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Group Size Regulates Self-Assertive versus Self-Deprecating Responses to Interpersonal Competition
Joyce F. Benenson, Rebecca Maiese, Eva Dolenszky, Nicole Dolensky, Nancy Sinclair and Anna Simpson
Vol. 73, No. 6 (Nov. - Dec., 2002), pp. 1818-1829
Stable URL: http://www.jstor.org/stable/3696419
Page Count: 12
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The current study examined the hypothesis that group size can influence whether children display self-assertive versus self-deprecating responses to interpersonal competition, especially under stress. Twenty same-sex playgroups (N = 120) of 9- to 10-year-old children played a competitive game in groups and in dyads. Stress was induced by causing some of the children to lose the game and watch as their opponents received psychological and material rewards. Results demonstrated that both the dynamics of the game and individual reactions to stress varied consistently as a function of the social context. Individuals displayed more assertive behaviors in groups than in dyads. In contrast, individuals exhibited more self-deprecating behaviors in dyads than in groups. Given that under naturalistic conditions males are more likely than are females to interact in groups and females are more likely than are males to interact in dyads, group size provides one possible mechanism for the development of sex differences in self-assertive versus self-deprecating behaviors.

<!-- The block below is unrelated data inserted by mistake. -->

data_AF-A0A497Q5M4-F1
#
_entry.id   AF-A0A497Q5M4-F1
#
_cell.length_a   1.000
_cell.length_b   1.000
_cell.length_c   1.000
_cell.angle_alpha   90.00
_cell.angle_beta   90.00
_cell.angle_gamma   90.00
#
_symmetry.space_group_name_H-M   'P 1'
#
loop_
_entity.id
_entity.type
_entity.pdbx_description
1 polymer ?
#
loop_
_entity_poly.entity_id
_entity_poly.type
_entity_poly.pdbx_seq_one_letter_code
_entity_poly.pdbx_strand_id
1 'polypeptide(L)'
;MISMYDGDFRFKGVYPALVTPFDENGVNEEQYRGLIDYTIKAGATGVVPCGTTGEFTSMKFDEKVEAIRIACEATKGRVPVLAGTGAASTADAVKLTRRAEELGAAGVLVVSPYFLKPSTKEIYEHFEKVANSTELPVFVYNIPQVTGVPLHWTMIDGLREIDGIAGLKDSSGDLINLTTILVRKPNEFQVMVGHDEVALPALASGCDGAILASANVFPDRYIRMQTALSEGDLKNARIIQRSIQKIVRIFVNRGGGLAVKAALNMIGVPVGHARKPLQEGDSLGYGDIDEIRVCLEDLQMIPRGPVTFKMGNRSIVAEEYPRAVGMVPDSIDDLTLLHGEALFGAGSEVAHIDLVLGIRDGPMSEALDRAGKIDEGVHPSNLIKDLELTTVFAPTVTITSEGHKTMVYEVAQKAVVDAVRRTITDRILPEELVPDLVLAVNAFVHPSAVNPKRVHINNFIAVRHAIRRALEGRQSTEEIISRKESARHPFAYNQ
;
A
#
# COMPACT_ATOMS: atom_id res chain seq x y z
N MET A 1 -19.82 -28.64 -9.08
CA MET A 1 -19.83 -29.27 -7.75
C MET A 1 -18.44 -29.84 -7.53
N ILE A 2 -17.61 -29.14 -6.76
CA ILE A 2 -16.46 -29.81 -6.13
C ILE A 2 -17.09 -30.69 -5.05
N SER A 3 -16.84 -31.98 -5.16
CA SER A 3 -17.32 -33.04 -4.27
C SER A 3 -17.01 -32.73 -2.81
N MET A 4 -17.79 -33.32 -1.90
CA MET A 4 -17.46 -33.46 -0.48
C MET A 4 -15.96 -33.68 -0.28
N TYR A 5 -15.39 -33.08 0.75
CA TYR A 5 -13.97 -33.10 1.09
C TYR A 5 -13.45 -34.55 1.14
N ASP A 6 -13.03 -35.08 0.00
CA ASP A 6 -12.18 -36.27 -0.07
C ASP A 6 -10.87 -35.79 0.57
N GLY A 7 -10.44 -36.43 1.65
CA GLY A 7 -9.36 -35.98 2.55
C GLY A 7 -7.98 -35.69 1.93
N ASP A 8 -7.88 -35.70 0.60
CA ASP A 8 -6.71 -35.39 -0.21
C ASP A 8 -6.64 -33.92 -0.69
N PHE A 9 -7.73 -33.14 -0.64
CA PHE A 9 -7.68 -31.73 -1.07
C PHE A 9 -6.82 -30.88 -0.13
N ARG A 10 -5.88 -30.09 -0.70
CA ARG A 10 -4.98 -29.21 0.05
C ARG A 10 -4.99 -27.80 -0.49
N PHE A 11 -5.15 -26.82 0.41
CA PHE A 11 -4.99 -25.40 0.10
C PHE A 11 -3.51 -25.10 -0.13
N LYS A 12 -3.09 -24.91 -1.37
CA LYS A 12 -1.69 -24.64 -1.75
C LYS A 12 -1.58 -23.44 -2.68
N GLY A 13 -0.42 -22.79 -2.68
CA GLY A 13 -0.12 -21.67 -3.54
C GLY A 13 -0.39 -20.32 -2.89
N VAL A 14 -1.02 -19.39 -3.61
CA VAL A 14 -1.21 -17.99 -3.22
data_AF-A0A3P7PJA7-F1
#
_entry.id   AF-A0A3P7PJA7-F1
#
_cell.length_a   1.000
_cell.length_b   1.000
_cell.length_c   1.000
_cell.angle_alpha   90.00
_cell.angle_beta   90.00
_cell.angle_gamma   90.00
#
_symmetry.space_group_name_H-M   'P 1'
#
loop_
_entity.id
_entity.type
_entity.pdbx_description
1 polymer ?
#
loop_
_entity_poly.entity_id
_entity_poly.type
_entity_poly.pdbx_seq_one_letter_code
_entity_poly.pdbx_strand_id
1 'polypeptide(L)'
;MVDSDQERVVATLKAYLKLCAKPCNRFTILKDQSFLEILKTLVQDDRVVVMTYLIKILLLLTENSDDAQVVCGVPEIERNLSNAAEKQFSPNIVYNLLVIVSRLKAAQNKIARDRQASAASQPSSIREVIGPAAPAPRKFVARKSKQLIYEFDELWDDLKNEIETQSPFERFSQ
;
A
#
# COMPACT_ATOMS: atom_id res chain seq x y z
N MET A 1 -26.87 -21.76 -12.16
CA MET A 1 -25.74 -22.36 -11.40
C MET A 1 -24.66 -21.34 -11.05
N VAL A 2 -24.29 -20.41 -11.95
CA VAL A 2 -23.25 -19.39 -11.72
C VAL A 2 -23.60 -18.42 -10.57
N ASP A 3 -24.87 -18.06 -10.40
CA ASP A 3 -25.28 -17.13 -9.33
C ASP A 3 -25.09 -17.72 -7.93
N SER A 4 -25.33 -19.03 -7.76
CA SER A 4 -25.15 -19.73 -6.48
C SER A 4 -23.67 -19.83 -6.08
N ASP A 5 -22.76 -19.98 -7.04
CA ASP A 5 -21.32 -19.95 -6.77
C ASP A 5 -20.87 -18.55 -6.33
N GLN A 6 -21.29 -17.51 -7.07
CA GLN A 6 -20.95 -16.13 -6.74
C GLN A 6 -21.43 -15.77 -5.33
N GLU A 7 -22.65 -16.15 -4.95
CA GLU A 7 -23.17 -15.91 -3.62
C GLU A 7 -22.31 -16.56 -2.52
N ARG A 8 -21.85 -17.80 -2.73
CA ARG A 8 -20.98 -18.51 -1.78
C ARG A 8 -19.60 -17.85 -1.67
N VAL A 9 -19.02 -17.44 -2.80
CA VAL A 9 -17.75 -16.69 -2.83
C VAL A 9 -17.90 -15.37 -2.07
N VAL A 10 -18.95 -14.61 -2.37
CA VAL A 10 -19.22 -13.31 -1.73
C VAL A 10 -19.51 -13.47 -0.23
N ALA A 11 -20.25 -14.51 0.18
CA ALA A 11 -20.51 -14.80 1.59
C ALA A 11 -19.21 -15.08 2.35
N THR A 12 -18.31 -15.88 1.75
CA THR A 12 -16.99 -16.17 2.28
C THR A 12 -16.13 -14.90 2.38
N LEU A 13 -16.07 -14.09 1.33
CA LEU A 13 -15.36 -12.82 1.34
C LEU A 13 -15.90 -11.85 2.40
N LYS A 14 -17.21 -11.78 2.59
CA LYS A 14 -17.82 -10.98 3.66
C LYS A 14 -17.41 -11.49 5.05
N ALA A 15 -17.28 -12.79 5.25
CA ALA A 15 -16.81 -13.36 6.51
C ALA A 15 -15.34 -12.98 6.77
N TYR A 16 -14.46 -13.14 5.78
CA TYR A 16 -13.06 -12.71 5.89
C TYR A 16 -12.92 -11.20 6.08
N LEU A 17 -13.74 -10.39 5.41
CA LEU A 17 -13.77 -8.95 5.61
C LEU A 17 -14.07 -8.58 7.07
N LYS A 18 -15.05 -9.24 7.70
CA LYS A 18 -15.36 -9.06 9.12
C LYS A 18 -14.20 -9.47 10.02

Child Development © 2002 Society for Research in Child Development